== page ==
To the shops on a nice autumn morning and decided to extend my outing as far as my wrecked hip would allow. So I went down to Maple Road and past its lovely plane trees, fine houses and a leafy Victorian Square till I heard organ music from St Andrew’s Church. St Andrews I've always thought as a forbidding dirty brick pile with Victorian ornament that’s trapped generations of soot. I’d never been in -- in fact had never noticed it was open.
I went inside: just a verger or functionary was there, busy, and the organist practising his Bach, nicely. I was very surprised by the building: I was in a huge light space with beautiful new oak pews, fine glass and spectacular brickwork -- the same as outside but clean. There had been a big restoration job, well done. The uncluttered floor invited movement and the seats sitting -- which I did for a listen and a look. A brochure explained it was 1870s and named the architect and stained glass artists, all unfamiliar to me but then they would be as I know little about Victorian churches. I looked around, at the story of Noah on the ceiling of a circular apse, at the brass plaques of commemorated and thanked Victorians and at the stained glass, for which you have to learn to ignore the thick black grid of window bars -- not difficult.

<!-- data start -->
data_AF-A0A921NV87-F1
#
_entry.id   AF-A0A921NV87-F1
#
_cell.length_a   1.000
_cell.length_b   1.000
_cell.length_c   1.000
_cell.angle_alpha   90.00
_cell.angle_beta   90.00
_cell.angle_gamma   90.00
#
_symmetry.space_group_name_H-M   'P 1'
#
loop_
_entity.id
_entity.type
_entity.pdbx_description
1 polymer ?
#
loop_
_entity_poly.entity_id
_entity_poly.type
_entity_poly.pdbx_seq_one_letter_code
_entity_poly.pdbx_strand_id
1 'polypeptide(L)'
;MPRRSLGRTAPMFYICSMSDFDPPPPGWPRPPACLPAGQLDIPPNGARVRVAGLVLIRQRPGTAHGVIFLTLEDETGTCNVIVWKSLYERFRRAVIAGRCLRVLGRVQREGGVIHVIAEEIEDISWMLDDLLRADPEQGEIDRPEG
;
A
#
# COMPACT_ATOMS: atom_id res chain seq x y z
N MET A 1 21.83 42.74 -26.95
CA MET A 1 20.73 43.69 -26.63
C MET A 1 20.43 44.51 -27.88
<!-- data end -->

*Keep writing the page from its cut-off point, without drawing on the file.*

My main pleasures were in the vast, intricately textured volume of the building and the pictures, on the ceiling and in the stained glass. I'm strongly aware how experience of a few drawing classes, in which I'm the least competent student, has made me appreciate both the appearance of, particularly, people (I enjoyed sketching in the Royal Festival Hall concourse the other night) and the drawings of professionals. Going out through the porch I inspected a group of small stained glass windows at eye height. I could see they were essentially coloured drawings and admired the lines and the arrangements of shapes and spaces. No camera with me, sorry.
So everyone at school ought to be taught to draw properly. Perhaps they now are.